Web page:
How do I measure Return on Investment on my website?
Here are 5 ways to measure the ROI of your website:
1. Promotion –
There are different ways a website can add value. But the question of how you measure the ROI of your website remains. Your website is a marketing tool for you to publish articles to explain what you do, how you can be of service, and how people can contact you. All this has a value. However, many people underestimate the value of their website or how a better managed website would make such a big difference to their business. Ask customers if they ever use the site and why. To measure this, check Google Analytics and see how many visitors you get and which pages they look at, before they leave.
2. Save Time –
It could simply save you or your team some valuable time by answering questions online 24/7/365 or doing online demos, offering video guides, manuals or doing quotations. If you are doing it well, then visitors or callers just want to place an order for your products or services. Essentially, the website should work like a silent salesman, saying exactly what you want him to say.
3. Location –
Ensure that people can find you online and from there they can find you offline. Show exact location and available car parking or public transport details. It will allow people get to you on time for appointments, which will save you both some time and stress. Make sure that your GoogleMyBusiness entry has the correct details, opening hours, etc.
4. Contact –
Ask all your contacts who call by phone and email where did they get your number or email address. It is an obvious way of finding out which marketing is working for you. You may think it is radio or newspaper or local sponsorship, but ask your customers rather than just guess. Check your enquiry forms on the website, test them regularly. Can you offer a Newsletter subscription? Or a special offers club to get people to sign up to your list?
Obviously, you can see online sales for eCommerce sites, which is a pretty good way of measuring success. Again, just as with a bricks and mortar store you may have to move the furnishings around or change the display of the products, to get a reaction, an enquiry, sale or order. Maybe you have to do some special offers or lost leaders. Perhaps offer a bonus or a ‘members only’ perk.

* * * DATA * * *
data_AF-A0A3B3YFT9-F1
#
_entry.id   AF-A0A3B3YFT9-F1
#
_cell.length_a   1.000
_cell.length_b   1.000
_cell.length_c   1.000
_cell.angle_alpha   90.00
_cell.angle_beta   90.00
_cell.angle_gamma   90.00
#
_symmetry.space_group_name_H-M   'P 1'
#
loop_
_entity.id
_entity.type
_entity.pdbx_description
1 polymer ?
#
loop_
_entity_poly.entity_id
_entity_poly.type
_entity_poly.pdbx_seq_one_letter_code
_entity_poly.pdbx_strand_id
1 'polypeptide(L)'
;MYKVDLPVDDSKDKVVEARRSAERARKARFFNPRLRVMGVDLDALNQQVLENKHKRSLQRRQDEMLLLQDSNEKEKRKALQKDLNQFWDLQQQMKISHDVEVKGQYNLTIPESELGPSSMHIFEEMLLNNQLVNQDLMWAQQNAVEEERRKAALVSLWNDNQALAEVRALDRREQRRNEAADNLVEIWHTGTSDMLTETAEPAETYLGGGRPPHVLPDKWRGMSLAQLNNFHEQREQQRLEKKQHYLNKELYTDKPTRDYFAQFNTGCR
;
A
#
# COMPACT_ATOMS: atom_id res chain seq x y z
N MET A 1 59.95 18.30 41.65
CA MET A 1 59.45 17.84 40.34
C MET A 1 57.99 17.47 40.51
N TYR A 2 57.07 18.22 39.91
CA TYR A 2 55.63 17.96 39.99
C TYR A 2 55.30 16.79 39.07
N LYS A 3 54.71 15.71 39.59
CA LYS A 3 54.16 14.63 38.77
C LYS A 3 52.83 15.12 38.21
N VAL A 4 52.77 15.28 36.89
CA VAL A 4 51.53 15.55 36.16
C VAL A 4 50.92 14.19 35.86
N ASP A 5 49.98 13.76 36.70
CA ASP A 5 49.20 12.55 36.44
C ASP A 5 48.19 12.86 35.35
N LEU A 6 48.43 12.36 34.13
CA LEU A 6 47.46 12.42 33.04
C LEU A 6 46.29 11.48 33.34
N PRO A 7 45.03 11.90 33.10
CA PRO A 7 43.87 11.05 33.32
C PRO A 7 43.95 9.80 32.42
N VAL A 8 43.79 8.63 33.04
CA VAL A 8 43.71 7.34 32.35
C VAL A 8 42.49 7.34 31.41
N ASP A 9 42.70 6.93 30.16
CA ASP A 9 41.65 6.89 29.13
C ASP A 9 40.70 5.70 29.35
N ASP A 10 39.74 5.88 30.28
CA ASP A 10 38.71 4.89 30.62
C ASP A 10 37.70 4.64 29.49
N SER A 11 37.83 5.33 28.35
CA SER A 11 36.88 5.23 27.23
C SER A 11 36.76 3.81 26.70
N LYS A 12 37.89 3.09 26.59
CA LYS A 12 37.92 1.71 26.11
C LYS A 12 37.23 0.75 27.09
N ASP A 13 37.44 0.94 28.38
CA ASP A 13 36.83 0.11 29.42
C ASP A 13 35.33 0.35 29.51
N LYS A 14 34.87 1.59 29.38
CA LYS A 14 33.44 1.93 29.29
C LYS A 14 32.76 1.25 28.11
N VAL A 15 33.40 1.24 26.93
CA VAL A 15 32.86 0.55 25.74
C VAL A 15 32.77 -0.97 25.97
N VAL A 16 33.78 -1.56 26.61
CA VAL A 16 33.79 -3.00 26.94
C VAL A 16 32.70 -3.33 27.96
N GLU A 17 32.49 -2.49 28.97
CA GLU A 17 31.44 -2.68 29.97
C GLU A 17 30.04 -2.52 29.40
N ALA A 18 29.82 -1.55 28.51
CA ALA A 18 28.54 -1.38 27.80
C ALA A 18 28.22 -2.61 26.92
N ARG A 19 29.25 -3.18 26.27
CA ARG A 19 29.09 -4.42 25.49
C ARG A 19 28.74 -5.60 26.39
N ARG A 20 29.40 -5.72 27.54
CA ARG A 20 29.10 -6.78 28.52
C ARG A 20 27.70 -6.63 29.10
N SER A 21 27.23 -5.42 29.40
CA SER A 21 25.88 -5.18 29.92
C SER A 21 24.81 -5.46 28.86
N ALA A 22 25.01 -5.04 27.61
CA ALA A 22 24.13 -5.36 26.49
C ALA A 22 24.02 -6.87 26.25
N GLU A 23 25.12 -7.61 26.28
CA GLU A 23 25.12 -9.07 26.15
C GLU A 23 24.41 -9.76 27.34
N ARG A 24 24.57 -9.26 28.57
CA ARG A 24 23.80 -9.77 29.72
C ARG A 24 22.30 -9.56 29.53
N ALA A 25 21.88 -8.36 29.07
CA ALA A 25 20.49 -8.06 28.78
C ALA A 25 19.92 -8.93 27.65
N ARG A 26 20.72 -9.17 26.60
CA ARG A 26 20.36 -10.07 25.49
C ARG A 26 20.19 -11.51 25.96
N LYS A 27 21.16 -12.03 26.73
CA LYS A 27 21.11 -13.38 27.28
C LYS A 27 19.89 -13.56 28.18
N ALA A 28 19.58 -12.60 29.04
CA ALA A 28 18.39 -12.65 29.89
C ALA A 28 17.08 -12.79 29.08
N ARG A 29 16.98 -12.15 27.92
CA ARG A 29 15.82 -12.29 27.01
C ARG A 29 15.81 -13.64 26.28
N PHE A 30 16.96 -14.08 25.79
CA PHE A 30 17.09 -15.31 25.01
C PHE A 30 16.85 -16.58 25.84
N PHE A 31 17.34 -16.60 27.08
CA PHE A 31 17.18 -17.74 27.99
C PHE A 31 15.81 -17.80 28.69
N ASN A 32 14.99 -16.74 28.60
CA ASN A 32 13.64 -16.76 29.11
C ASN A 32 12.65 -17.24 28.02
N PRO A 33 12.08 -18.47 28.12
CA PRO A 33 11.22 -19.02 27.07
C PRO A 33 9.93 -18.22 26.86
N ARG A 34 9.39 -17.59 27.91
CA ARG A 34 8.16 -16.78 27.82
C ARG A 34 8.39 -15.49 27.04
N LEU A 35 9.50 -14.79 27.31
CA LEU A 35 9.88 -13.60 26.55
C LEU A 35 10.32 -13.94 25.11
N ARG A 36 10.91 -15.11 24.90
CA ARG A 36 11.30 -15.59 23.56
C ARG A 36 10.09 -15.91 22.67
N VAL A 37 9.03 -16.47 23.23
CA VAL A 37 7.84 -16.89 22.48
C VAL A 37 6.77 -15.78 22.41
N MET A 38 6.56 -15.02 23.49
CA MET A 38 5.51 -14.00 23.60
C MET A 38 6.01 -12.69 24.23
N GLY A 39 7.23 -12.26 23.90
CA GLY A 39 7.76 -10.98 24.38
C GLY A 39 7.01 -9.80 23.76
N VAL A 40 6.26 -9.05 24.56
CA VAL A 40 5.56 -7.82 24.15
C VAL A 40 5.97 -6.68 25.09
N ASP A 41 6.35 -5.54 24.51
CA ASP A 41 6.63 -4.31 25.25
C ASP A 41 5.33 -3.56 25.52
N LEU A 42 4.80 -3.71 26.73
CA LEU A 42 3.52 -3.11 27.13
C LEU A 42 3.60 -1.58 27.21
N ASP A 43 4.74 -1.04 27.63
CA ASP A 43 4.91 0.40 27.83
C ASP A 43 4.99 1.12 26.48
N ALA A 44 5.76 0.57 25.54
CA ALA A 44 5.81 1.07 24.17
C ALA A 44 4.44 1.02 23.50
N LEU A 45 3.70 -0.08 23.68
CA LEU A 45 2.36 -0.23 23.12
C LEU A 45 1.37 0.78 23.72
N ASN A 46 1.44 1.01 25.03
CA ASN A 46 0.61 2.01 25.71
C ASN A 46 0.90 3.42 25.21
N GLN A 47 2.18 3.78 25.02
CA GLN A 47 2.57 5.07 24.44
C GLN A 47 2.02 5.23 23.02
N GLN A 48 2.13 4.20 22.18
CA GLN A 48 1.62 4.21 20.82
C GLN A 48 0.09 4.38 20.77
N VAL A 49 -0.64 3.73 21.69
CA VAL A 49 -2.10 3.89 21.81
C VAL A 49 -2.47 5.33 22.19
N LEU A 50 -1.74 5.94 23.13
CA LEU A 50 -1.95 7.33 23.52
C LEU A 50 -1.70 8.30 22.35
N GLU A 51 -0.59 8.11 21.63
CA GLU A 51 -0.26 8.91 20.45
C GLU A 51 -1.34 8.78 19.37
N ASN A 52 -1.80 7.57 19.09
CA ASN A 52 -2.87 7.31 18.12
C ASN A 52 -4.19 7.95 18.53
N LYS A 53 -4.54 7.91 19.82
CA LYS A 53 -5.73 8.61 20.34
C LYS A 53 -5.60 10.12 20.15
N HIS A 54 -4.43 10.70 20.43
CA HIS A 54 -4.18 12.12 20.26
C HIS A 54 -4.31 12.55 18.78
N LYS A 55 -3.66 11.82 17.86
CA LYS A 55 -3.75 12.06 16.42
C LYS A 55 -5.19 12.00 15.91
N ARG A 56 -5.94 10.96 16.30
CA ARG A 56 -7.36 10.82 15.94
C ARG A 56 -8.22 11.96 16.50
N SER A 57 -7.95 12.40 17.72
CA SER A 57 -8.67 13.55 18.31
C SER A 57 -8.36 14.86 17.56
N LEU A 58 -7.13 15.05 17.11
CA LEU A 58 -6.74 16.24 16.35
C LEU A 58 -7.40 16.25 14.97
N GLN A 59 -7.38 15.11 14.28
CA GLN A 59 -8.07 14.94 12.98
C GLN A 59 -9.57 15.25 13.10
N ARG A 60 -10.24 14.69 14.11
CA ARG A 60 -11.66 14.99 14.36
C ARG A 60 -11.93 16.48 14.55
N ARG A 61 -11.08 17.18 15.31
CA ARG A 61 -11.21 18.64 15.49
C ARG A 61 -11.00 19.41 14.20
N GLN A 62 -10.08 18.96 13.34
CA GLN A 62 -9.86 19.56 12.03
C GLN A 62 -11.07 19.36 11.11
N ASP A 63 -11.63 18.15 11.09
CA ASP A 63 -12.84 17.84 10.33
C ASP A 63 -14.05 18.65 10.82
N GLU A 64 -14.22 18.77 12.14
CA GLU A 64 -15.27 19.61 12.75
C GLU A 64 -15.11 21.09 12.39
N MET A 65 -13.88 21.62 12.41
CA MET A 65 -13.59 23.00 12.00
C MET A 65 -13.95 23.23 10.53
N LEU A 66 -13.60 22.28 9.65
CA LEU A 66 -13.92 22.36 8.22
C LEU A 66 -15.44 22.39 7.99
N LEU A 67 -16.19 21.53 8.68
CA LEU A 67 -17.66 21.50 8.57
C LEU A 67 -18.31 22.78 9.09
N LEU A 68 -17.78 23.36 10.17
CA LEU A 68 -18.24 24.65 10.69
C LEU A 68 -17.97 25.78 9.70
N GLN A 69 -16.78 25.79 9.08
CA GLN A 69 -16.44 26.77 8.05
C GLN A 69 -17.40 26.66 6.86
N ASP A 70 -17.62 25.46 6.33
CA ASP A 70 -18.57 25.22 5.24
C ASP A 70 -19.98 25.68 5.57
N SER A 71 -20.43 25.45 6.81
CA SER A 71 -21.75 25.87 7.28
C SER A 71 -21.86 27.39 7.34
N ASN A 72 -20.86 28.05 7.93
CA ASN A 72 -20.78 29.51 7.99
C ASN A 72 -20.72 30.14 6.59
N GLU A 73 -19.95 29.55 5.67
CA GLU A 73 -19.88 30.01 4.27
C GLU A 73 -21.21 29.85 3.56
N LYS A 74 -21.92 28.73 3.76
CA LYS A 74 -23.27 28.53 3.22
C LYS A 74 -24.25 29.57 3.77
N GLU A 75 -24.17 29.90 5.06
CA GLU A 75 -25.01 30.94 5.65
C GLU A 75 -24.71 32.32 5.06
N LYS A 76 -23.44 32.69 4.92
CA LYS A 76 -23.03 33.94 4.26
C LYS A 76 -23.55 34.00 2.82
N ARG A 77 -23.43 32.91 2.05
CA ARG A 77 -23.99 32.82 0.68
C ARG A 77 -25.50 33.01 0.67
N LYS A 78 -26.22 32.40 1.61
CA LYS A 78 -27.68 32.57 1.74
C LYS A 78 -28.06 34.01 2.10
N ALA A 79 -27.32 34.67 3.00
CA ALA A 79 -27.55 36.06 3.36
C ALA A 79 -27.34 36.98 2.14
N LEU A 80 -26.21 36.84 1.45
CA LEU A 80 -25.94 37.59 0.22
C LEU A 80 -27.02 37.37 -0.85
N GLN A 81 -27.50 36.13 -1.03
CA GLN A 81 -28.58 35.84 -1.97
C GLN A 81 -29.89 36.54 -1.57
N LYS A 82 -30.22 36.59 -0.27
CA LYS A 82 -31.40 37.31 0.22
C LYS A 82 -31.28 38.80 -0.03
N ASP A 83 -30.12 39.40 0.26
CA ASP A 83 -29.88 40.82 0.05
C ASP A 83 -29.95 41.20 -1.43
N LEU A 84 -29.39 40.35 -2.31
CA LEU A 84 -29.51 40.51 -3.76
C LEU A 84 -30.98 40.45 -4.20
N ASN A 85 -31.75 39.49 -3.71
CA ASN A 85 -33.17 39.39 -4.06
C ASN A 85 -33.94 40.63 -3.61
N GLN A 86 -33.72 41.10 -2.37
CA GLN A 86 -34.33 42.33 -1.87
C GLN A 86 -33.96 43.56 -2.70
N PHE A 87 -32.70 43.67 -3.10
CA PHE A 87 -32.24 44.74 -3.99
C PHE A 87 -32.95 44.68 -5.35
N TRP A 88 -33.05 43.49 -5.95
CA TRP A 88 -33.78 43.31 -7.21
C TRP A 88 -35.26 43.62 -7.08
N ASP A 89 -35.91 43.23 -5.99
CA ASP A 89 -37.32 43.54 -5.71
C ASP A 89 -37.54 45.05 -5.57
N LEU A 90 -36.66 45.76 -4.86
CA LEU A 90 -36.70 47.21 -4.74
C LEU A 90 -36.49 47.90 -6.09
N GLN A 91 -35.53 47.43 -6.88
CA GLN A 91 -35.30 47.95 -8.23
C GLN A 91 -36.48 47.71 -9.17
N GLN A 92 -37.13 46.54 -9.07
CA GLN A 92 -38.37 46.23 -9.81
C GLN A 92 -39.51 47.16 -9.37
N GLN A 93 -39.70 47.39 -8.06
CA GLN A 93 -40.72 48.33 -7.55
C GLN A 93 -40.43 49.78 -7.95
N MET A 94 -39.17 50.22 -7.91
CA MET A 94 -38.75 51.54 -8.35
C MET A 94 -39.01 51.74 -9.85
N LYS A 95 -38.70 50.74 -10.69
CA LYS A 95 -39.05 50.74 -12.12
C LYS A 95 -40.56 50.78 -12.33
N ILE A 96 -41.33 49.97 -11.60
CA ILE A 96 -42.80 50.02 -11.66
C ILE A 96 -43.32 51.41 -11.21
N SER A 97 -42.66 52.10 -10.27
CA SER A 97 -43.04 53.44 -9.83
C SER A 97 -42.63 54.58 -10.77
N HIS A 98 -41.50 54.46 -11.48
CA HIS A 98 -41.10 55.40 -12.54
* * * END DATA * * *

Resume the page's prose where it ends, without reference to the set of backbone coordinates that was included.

Evidently, eCommerce is a whole science unto itself and any sizeable eCommerce venture needs a dedicated webmaster or team to manage its marketing and optimisation responsibilities. As a result, a serious online shop needs to be treated just like a high street shop. Many websites, especially eCommerce sites, need plugins to help add to the performance of your website. These plugins need plenty of care and attention to keep them all up to date and working smoothly with each other. This is all cost that needs to come off the gross profit on any sales.
Tip: Make sure you have signed up to Google Analytics, ensure you have the code added to your website and that it is working correctly. Then you can look at Google analytics to see how much traffic you are getting. If you do not already do this, please set it up now. Please take a look at our blog item on Website Design, to learn how to create this value.
History – the good news you may not have considered when valuing your website
Every day online for your website is building up a history and credibility with Google. This ‘history’ is adding value to it, just like goodwill for bricks and mortar stores. Fortunately, you can bring this history with you if you create a new website – and you should do so. Talk to a competent web design agency about redirects and 301s to bring your history to your new website with care.
Bottom line – When you build a website, it should not be seen as a sunk cost for that month, but rather an investment, much like a capital investment. If you invest in a printer, it is depreciated over say three years at 33% a year. With your website, you can appreciate and add value to it as an asset on your balance sheet, much like a physical property or premises that appreciates, even though it does have ongoing maintenance costs. Hopefully, with this guide, you now know how to effectively measure the ROI of your website.